Hedge funds under pressure to manage collateral risk

New regulatory requirements will press asset managers to reduce collateral risk, says Citi.
Hedge funds under pressure to manage collateral risk

Hedge funds and other asset managers are expected to boost demand for collateral management services due to imminent regulation that will raise capital reserve requirements against counterparty credit risk, according to Citi.

“With Basel III being implemented in 2013, banks are putting a lot of pressure on counterparties. The main ones are hedge funds, but asset managers and insurance companies are also under pressure to implement collateralised relationships," says Sam Ahmed, Citi's head of collateral management sales for Asia-Pacific.

New requirements under Basel III will tighten counterparty risk for collateral holders. One major area of impact will be in instances when prime brokerages lend money to hedge funds in return for collateral assets, such as over-the-counter (OTC) derivatives. Prime brokers will need to keep greater capital reserves against the collateral and, in return, require independent valuation and management of the assets from the underlying owner – in this case, hedge funds.

“We see tremendous demand over the next 12 to 15 months” for collateral management, says Ahmed, who joined Citi this month as the bank expands its regional collateral services division.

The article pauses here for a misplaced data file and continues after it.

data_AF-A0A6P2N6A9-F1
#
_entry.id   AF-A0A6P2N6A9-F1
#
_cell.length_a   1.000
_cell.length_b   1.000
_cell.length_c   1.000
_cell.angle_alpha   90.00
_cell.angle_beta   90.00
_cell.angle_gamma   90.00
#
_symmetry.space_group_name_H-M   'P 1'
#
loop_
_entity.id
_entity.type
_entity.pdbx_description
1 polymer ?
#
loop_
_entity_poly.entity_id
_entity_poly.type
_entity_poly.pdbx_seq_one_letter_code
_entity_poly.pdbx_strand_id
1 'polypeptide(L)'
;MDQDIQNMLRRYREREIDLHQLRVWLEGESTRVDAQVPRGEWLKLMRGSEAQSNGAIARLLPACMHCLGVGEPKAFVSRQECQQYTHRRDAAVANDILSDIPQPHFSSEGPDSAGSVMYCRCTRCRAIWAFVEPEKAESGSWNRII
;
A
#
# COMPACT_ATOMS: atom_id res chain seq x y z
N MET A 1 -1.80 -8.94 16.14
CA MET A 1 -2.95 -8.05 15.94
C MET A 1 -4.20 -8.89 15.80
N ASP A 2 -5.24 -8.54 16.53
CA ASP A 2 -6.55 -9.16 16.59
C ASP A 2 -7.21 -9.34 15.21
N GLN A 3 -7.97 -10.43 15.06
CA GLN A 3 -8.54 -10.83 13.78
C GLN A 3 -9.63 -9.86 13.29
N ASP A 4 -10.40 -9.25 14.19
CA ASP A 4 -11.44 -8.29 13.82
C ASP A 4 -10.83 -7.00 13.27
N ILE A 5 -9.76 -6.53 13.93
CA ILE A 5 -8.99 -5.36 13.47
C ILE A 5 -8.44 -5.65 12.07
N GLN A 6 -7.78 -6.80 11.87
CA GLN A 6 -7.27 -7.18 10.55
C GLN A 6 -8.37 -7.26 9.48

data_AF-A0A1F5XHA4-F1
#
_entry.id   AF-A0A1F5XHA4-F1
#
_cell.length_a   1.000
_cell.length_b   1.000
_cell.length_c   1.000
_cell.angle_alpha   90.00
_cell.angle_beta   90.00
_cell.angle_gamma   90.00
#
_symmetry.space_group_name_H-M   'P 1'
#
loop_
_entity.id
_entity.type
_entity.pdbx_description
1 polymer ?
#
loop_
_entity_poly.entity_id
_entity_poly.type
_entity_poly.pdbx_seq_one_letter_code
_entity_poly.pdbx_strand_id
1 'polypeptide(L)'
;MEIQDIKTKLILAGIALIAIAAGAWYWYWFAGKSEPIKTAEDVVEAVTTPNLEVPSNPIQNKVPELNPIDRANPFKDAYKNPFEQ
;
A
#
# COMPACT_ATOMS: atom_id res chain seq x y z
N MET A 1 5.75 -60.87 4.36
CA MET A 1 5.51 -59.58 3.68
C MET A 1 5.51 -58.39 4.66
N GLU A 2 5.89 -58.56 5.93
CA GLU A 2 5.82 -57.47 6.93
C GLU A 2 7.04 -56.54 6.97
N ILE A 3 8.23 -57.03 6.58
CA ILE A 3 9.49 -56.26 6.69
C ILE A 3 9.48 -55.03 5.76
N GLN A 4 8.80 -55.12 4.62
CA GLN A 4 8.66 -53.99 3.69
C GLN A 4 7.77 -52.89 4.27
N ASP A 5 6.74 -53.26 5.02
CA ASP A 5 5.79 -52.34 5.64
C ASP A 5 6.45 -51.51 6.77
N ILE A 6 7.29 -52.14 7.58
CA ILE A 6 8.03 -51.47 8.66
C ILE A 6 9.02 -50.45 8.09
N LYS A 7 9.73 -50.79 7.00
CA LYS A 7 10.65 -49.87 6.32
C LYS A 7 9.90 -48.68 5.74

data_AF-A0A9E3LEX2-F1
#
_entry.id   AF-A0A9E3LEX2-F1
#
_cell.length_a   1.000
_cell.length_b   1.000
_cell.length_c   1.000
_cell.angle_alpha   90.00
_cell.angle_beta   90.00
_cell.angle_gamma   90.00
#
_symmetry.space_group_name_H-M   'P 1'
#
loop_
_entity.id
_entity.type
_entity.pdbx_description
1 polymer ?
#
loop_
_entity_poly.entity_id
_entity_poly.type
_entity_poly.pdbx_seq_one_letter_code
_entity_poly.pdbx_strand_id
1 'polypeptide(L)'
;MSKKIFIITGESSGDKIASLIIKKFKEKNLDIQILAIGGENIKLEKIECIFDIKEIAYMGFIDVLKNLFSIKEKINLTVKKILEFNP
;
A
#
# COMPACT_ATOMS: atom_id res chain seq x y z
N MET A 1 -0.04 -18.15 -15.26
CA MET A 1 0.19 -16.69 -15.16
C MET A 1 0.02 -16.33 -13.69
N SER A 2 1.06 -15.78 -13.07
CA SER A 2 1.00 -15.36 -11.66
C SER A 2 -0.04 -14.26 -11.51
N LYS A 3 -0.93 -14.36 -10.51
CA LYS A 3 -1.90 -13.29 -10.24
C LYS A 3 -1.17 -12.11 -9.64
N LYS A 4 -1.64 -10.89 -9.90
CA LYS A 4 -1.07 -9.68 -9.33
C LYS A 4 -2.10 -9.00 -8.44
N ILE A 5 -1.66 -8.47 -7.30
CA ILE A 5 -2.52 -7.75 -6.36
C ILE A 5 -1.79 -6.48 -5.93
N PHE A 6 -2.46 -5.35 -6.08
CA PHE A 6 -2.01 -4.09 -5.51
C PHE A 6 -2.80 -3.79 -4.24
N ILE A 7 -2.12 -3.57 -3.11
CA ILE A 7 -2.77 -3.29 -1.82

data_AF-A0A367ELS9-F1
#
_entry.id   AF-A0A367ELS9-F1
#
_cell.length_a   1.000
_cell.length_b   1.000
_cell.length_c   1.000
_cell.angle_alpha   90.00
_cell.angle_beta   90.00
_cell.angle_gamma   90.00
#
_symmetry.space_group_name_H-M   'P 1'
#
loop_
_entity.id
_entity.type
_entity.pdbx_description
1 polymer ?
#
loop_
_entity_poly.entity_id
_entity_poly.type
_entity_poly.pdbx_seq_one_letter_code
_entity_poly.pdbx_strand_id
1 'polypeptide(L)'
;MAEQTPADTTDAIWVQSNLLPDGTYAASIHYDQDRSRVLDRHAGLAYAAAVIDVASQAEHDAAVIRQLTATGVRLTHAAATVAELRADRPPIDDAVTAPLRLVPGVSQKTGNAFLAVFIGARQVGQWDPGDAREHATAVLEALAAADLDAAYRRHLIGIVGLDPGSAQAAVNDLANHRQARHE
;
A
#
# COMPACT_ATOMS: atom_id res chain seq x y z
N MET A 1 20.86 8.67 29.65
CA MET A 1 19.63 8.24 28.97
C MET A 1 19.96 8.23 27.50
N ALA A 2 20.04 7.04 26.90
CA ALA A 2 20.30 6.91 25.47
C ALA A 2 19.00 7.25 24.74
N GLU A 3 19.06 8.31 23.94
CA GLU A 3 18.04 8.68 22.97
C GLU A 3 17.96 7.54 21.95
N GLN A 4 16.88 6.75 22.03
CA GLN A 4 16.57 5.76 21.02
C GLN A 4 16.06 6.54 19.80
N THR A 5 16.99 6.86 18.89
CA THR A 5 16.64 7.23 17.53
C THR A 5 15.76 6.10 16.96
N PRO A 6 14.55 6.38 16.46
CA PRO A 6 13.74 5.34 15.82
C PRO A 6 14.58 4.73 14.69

Ahmed joined from Merrill Lynch in Singapore where he managed regional collateral management and derivatives client services teams for the private banking division. He reports to Pierre Mengal, regional head of collateral services for Citi, based in Singapore.

His appointment follows the launch in May of Citi’s OpenCollateral platform in Asia, which manages OTC derivatives, ETFs and repo products on behalf of institutions. “We’ve so far mandated six clients and there’s been tremendous interest in Singapore, Hong Kong and elsewhere in the region,” says Ahmed.

The existing clients are mostly asset managers and insurance companies, says Mengal, who expects the range to broaden to include sovereign institutions, local and regional banks, and smaller broker-dealers. He notes that OTC derivatives and repo products are the most common products being managed on the platform, although the product mix is expected to diversify along with the client base.

Collateral tends to vary among different client segments, notes Ahmed. Asset managers and insurers have credit default swaps, foreign exchange forwards or interest rate swaps while broker-dealers often have “exotic” OTC derivatives.

Other banks that offer collateral management include JPMorgan, BNY Mellon and Merrill Lynch, which are also leading global custodians. Mengal believes Citi has an edge in Asia, where it offers direct custody services.

“As a collateral agent and a local custodian, if you combine those two services for your clients, it means you are in full control of your collateral," says Mengal. “You don’t have another intermediary bank in the chain.”

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